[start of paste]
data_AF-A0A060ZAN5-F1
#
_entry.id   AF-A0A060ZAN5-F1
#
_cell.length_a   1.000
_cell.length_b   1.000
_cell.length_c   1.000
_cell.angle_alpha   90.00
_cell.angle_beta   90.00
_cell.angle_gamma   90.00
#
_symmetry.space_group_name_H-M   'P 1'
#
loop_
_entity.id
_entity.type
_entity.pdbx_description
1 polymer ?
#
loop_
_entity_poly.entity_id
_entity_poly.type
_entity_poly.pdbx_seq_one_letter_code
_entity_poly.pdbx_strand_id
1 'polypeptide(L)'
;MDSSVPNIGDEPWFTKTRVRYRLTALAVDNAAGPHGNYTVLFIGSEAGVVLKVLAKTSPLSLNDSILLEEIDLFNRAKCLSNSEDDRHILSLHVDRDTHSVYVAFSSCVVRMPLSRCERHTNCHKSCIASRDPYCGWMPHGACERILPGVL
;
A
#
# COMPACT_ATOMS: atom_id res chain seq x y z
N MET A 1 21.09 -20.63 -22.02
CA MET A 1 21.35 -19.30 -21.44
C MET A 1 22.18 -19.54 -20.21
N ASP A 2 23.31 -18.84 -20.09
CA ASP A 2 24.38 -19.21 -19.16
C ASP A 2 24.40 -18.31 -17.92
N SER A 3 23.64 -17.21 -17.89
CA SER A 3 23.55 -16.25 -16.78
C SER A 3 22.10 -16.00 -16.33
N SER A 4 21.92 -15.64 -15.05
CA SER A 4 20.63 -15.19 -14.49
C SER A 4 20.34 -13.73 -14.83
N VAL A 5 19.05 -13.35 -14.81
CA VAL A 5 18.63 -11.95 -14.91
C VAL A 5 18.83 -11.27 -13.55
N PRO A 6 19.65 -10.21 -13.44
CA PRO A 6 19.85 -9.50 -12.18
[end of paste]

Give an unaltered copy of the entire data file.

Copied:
data_AF-A0A060ZAN5-F1
#
_entry.id   AF-A0A060ZAN5-F1
#
_cell.length_a   1.000
_cell.length_b   1.000
_cell.length_c   1.000
_cell.angle_alpha   90.00
_cell.angle_beta   90.00
_cell.angle_gamma   90.00
#
_symmetry.space_group_name_H-M   'P 1'
#
loop_
_entity.id
_entity.type
_entity.pdbx_description
1 polymer ?
#
loop_
_entity_poly.entity_id
_entity_poly.type
_entity_poly.pdbx_seq_one_letter_code
_entity_poly.pdbx_strand_id
1 'polypeptide(L)'
;MDSSVPNIGDEPWFTKTRVRYRLTALAVDNAAGPHGNYTVLFIGSEAGVVLKVLAKTSPLSLNDSILLEEIDLFNRAKCLSNSEDDRHILSLHVDRDTHSVYVAFSSCVVRMPLSRCERHTNCHKSCIASRDPYCGWMPHGACERILPGVL
;
A
#
# COMPACT_ATOMS: atom_id res chain seq x y z
N MET A 1 21.09 -20.63 -22.02
CA MET A 1 21.35 -19.30 -21.44
C MET A 1 22.18 -19.54 -20.21
N ASP A 2 23.31 -18.84 -20.09
CA ASP A 2 24.38 -19.21 -19.16
C ASP A 2 24.40 -18.31 -17.92
N SER A 3 23.64 -17.21 -17.89
CA SER A 3 23.55 -16.25 -16.78
C SER A 3 22.10 -16.00 -16.33
N SER A 4 21.92 -15.64 -15.05
CA SER A 4 20.63 -15.19 -14.49
C SER A 4 20.34 -13.73 -14.83
N VAL A 5 19.05 -13.35 -14.81
CA VAL A 5 18.63 -11.95 -14.91
C VAL A 5 18.83 -11.27 -13.55
N PRO A 6 19.65 -10.21 -13.44
CA PRO A 6 19.85 -9.50 -12.18